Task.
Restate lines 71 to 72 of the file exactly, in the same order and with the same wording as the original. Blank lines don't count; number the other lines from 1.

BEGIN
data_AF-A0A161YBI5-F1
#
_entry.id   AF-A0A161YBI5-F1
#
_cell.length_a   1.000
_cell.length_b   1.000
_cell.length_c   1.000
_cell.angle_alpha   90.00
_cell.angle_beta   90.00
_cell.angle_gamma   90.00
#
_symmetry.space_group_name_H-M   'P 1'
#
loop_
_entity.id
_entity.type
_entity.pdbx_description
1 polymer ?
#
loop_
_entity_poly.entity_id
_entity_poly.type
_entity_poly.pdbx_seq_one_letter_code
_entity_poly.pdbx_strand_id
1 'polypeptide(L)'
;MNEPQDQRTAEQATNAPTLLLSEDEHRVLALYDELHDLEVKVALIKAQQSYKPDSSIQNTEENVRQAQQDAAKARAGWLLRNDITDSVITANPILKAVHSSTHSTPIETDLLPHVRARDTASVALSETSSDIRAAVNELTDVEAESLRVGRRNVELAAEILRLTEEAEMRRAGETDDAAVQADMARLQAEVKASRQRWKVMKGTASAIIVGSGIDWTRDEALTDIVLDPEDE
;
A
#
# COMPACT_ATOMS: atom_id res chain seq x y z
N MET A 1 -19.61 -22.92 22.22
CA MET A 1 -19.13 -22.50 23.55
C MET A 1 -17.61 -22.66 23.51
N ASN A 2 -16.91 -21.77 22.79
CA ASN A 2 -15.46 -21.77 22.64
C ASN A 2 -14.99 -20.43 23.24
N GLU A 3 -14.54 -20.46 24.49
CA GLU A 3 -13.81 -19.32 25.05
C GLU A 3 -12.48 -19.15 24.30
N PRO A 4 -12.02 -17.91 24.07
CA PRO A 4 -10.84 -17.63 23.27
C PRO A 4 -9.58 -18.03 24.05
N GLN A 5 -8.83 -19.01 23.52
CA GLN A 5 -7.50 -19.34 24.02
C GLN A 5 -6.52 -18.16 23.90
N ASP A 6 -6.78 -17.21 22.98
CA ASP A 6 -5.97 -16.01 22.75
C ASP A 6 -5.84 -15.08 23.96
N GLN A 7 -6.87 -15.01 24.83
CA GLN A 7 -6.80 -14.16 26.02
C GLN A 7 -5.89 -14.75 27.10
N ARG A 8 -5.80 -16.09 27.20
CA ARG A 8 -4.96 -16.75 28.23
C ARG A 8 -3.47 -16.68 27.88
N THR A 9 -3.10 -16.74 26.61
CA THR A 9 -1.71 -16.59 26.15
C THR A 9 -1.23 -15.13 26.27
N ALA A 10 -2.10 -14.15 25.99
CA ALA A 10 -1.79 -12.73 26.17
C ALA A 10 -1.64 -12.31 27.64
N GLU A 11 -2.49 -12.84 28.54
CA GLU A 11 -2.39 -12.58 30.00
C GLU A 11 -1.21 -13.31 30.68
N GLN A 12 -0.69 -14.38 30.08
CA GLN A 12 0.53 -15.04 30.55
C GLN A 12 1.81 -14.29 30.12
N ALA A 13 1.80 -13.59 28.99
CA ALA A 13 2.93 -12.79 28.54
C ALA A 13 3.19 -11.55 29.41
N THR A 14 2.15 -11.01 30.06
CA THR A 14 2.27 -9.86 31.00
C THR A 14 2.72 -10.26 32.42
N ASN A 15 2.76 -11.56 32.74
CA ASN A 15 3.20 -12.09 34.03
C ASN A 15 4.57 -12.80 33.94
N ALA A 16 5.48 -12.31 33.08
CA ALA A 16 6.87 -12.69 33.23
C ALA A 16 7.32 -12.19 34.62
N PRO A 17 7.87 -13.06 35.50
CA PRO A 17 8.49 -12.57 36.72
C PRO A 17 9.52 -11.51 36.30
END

CA THR A 14 2.27 -9.86 31.00
C THR A 14 2.72 -10.26 32.42